Last night I stayed up late watching Hitchcock’s The Birds. It was an interesting evening. I was pretty skeptical about it, thinking the film would be corny and not that scary. Haha….after the movie I had a moment of panic as I was pulling the blinds down on my windows, like “ahhhhhh….the birds are going to peck through the glass while I’m sleeping…help….!” but I did manage to calm down. I’m going to first describe the movie negatively, 1) the movie was not an old, corny film with bad effects and 2) the movie was not one of these modern, predictable action films.
Note: The reason I have so much to say is because I couldn’t stop thinking about the movie while I was trying to go to sleep, so instead of panicking and getting creeped out, I tried to analyze and dissect it….make it more like a movie than real life.
So, it was actually a very well-done movie. In one sense, it was quite old-fashioned. The women were ladies and the men were gentlemen. Although the lead woman was “spunky” and independent, it was the man friend of her’s who protected the family against the birds, he was the defender and the leader. I liked that. I hate those modern films with super-smart girls in super-short shorts and super-small shirts tagging along with the dimwit male through African jungles and and all that…come on, people don’t wear shorts out in the jungle (I keep waiting for her to get a snakebite, but it never happens). Anyways, while I wasn’t immensely fond of the clothing fashions in the movie, the women had class and self-respect, and this showed through what they wore. Actually, through the entire 2 hour movie, I think the lead woman (Melanie) wore the same outfit. She may had been wearing something different at the very beginning, but when she went to visit her man friend in a isolated village on the coast of California, she only took a nightgown and so wore the same outfit through the whole ordeal. I admired Melanie’s ability to walk through sand dunes, fight off blood-thirsty birds, and do a variety of things…all in high-heel shoes.
Warning: If you haven’t seen The Birds, but plan to, and you don’t want me to spoil the ending, don’t keep reading.
And I was quite surprised by the ending. At first I thought that “his” mother was behind it (him being Mitch, the friend that the Melanie came to visit) as she wasn’t exactly friendly to Melanie. Then I thought it might be Annie, Mitch’s former girlfriend who couldn’t stand his aloof mother. Then I thought maybe Hitchcock was some crazy environmentalist and was trying to make a statement about the cruelty of keeping birds caged up. You see, Melanie brought Mitch’s little sister 2 lovebirds from San Francisco, and after she came to town (with the birds) all the trouble started. I thought maybe they would inadvertently release the 2 birds and the millions of other angry birds would leave them alone.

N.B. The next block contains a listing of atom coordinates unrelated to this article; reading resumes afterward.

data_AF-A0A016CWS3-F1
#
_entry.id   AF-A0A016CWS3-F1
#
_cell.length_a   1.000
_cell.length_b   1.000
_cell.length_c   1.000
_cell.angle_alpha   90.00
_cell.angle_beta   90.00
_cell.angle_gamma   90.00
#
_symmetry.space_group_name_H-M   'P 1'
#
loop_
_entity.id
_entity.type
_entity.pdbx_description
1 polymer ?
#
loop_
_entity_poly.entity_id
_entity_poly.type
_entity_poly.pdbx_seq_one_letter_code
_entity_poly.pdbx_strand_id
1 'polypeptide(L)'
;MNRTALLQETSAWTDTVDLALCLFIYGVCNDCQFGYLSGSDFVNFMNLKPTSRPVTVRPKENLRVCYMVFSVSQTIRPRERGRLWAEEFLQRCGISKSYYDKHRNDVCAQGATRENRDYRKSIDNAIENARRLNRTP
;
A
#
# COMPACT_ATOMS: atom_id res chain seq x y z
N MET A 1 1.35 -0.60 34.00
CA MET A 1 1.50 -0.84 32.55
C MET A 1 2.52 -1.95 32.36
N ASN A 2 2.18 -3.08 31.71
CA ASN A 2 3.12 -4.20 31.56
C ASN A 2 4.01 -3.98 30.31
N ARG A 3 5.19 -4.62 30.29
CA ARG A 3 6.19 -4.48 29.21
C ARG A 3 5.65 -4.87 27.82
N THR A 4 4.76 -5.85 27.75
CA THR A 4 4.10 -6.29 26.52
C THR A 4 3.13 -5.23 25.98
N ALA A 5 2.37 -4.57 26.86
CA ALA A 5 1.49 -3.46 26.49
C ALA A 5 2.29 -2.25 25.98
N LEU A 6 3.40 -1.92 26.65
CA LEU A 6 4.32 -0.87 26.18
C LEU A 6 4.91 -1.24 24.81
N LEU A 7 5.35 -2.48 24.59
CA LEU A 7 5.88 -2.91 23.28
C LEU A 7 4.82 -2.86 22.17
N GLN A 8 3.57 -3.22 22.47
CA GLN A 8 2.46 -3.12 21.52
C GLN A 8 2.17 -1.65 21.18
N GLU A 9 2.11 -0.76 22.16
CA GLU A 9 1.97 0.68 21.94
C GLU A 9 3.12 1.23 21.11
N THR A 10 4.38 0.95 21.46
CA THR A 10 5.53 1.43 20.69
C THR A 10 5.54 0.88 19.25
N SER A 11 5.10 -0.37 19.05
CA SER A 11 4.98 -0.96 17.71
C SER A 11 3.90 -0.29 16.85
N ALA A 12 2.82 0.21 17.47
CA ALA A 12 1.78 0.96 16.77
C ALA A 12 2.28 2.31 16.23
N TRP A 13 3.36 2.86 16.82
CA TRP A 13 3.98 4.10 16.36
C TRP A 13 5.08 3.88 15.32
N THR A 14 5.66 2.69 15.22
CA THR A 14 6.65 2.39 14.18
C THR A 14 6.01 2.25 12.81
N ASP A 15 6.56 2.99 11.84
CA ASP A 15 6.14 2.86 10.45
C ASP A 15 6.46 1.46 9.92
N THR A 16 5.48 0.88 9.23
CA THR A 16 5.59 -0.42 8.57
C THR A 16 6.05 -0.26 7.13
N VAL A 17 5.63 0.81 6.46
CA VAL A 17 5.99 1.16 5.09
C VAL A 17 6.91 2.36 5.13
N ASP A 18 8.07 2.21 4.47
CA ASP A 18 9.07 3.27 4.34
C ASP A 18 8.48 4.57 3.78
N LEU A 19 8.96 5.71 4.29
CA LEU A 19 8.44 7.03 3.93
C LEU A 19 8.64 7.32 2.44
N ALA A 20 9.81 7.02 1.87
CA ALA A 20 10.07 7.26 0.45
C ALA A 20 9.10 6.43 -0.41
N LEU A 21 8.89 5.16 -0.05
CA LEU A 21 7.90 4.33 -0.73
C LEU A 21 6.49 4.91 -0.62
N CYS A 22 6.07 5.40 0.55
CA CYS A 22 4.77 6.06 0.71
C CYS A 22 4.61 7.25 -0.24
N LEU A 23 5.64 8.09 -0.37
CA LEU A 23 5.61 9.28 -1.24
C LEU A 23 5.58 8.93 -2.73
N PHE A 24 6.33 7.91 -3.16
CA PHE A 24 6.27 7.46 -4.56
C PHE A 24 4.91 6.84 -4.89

However, nothing happened. There was no ending, in the proper sense. They emerged from their boarded-up house to a bleak scene of birds covering everything. The roof, the ground, the trees, everything was covered with them. Mitch managed to get his mother, sister, and Melanie (who had suffered a severe bird attack) into the car and they slowly drove away. That was it. “The End.” And then I realized that is the horror of horror. Hitchcock could have comforted us by giving some reason for the vicious attacks. But that would have taken away the horror.
In other words…in economics, there must be three conditions for action to occur.
1) You must have dissatisfaction with the current situation.
2) You must have an idea of how to change your situation.
3) You must have hope that your idea will actually work.
And you see, only the 1st condition was present in the movie. They had no idea how to placate the birds. They had no idea what was causing it, and so could do nothing. It is like someone who feels hunger pains but doesn’t know that hunger is causing it. They are in a terrible situation because they can’t do anything to stop the pain since the cause is unknown.
The Birds seemed to be a mutated form of what the existentialists called “angst.” You have this horrible, gnawing fear but it isn’t directed at anything or anything. You don’t know what is causing it, and so you can’t do anything. I think that Hitchcock was quite brilliant in this regard.
I also found his style quite interesting. He uses no background music at all. There are only a few sounds picked out of the background so you can identify the scene. For instance, when Melanie is getting out of the elevator, there’s no sound of her heels on the floor, no background noises from other people, just the sound of the elevator door closing. The same goes for much of the movie. One scene was quite interesting, where Melanie is driving her convertible to Mitch’s house (2 hours up the coast from San Francisco) with the 2 lovebirds in a cage beside her. From similar movie scenes, it is typical to have some sort of background music going because there’s no dialogue, and really not any other sounds. Or she start talking to the birds, just to have something going on. But Hitchcock doesn’t do anything. There are some distant shots of her car, some closer ones where you can see her face, and a few times he switches the view to the lovebirds sitting there so silently.
I really to get on with my life now, so I won’t say anymore. Just thought I would share my thoughts on this “charming” movie…it is perfect to watch right before you go to bed…not. 🙂